NHS Atlas for children and young people highlights sevenfold variation in mental heath inpatient admissions


Following on from the recent publication of the DH Atlas of Variation in Healthcare, Right Care have now released the equivalent atlas for children and young people.

The document and the online interactive atlas present variations across the breadth of child health services provided by NHS England. The aim is to highlight unwarranted variations that are driven not by the needs of the patient but by the limitations of the healthcare system and the healthcare professionals working within it. It is hoped that the data will allow clinicians, commissioners and service users to identify priority areas for improving outcome, quality and productivity.

The atlas contains a map that will be of particular interest to mental health professionals: Rate of inpatient admissions >3 days’ duration in children per population aged 0–17 years for mental health disorders by PCT 2007/08–2009/10.

This indicator focuses on children and young people who require more than three days’ admission to hospital for psychiatric treatment. The 3-day threshold excludes the large proportion of children and young people admitted overnight in general hospital settings following deliberate self-harm (a different patient population with regard to care), of whom only a minority will be admitted to dedicated psychiatric units.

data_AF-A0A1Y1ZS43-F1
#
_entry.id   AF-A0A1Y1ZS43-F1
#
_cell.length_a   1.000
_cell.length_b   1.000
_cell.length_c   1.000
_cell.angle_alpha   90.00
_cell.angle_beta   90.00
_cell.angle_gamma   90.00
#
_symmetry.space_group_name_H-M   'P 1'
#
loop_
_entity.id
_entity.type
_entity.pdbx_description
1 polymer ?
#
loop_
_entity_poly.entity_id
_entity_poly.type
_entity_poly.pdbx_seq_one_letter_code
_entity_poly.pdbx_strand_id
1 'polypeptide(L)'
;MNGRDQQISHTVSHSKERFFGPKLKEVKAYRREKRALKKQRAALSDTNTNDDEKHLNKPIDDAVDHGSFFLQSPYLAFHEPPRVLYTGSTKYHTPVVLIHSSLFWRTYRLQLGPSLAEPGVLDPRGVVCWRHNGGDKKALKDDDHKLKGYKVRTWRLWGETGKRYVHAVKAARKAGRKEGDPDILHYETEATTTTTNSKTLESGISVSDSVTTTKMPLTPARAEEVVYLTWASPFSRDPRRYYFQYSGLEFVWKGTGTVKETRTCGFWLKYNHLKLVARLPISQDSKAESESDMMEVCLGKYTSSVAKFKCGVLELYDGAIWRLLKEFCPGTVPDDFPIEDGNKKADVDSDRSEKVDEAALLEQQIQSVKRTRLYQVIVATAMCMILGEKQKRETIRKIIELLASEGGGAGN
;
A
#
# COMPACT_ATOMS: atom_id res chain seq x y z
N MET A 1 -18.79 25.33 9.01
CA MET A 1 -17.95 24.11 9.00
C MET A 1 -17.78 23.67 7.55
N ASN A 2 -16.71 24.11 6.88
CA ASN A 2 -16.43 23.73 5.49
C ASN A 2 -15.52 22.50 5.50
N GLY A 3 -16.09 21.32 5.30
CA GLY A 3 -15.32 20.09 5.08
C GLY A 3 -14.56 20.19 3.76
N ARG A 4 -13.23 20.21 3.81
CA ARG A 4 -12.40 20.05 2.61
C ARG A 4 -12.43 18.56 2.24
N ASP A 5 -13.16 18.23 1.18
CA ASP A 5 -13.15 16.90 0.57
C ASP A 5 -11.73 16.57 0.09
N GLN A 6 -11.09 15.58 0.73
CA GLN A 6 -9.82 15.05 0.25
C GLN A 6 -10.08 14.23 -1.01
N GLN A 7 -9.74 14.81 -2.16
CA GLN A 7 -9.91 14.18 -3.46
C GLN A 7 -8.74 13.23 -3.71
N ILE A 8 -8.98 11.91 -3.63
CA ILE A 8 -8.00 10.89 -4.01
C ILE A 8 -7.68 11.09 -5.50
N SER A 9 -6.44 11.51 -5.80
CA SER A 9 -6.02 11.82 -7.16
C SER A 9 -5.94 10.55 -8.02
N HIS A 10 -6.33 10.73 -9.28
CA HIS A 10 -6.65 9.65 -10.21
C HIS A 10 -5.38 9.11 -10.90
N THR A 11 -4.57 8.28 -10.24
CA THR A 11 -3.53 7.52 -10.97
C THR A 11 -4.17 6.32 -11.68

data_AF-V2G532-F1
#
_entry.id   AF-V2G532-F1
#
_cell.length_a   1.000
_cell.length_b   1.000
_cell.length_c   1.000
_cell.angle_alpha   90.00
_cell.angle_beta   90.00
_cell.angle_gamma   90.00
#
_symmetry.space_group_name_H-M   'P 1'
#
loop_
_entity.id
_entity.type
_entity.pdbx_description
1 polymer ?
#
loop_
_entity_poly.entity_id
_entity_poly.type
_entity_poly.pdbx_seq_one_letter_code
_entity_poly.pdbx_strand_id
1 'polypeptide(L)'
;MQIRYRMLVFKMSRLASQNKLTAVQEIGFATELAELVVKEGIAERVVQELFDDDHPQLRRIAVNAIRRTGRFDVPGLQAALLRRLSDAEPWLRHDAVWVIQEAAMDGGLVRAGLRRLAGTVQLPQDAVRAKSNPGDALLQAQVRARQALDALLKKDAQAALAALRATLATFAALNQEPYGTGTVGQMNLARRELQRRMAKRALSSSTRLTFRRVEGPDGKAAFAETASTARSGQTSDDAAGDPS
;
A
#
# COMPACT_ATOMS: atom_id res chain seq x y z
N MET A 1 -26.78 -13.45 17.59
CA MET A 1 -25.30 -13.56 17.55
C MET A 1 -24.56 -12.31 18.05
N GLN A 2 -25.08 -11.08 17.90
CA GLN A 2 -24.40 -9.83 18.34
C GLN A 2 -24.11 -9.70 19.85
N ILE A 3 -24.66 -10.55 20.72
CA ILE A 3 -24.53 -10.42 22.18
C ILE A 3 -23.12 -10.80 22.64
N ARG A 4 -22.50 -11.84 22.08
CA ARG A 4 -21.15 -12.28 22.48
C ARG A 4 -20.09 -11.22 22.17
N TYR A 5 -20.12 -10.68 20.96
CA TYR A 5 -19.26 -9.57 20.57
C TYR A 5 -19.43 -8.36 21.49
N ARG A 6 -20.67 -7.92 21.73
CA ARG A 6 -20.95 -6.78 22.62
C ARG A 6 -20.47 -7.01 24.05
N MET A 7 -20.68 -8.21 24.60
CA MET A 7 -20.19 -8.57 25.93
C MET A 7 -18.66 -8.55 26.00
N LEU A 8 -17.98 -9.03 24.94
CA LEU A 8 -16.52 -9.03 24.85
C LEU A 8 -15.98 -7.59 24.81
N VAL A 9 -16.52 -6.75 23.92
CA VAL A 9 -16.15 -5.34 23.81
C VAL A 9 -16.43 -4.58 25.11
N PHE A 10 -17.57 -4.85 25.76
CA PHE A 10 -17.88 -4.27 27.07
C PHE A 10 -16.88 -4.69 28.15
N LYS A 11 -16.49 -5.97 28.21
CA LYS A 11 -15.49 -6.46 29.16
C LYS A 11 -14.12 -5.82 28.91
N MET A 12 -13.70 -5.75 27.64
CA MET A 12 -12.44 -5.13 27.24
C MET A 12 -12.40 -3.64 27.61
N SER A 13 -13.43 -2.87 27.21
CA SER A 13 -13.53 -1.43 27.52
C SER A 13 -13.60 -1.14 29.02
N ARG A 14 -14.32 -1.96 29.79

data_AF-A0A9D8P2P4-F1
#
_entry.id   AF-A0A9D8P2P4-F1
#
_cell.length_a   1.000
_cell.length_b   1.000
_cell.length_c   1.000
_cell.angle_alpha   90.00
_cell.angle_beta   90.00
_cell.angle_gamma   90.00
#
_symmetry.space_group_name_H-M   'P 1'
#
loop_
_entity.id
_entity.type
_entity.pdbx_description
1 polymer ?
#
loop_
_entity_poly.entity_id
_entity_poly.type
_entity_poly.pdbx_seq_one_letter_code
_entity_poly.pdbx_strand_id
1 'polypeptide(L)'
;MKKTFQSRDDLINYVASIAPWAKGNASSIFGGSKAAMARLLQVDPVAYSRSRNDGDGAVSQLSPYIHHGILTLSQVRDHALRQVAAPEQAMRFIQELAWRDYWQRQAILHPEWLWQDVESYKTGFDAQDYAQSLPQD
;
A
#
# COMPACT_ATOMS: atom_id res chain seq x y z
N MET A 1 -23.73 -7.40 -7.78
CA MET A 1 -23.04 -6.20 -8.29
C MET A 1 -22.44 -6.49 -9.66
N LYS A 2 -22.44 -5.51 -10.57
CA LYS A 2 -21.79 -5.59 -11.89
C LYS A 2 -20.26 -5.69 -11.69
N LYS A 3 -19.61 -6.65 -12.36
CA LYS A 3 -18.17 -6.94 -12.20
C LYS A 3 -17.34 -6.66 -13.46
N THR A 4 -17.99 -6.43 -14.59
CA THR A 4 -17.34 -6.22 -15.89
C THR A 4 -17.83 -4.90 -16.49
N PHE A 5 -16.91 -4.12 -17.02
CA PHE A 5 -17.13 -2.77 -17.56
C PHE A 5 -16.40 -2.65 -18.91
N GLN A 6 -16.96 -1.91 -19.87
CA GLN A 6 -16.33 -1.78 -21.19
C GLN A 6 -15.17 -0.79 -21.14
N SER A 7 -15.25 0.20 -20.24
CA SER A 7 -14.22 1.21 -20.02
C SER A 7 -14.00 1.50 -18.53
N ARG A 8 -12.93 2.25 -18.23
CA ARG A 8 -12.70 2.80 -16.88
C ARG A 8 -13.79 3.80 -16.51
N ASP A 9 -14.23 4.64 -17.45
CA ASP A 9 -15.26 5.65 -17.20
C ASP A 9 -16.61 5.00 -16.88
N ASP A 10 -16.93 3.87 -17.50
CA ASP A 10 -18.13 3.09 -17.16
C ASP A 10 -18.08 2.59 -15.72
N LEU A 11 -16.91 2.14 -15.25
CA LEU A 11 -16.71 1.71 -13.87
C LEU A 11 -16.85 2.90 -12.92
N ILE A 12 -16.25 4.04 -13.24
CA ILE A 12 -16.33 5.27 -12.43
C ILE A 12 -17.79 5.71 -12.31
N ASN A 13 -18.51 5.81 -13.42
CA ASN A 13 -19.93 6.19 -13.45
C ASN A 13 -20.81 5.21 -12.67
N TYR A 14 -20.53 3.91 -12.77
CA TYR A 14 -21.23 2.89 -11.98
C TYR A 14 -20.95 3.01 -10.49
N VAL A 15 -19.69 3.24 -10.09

For PCTs in England, the rate of inpatient admissions >3 days’ duration in children per 100,000 population aged 0–17 years for mental health disorders ranged from 3.4 to 166.1 (49-fold variation). When the five PCTs with the highest rates and the five PCTs with the lowest rates are excluded, the range is 4.4–30.3 per 100,000 population aged 0–17 years, and the variation is sevenfold.

Many mental health disorders are strongly associated with deprivation. However, when the 2007/08–2009/10 admission rates are plotted against deprivation indices, there is no statistical correlation.

The atlas suggests the following options for action to address this variation in provision:

  • Specialist ambulatory care services perform a gate-keeping role for inpatient care. The organisation, level of provision and extent of local services will affect admission rates. Intensive ambulatory or outreach services for vulnerable groups may be clinically and cost effective. However, appropriate admission can play a key role.
  • Partnership working with social care can influence admission rates and lengths of stay.
  • From 2012, the child and adolescent mental health (CAMHS) national dataset will enable commissioners to investigate a range of indicators measuring the performance of local services. Commissioners and clinicians need to review local data for case-mix, duration of treatment, and outcomes, and plan inpatient and ambulatory services accordingly.


NHS Atlas of Variation in Healthcare for Children and Young People: Reducing unwarranted variation to increase value and improve quality. Right Care, March 2012. Interactive online version (requires Flash). PDF version (5mb).

Child and Adolescent Mental Health Services (CAMHS) Secondary Uses Data Set. NHS Information Centre.

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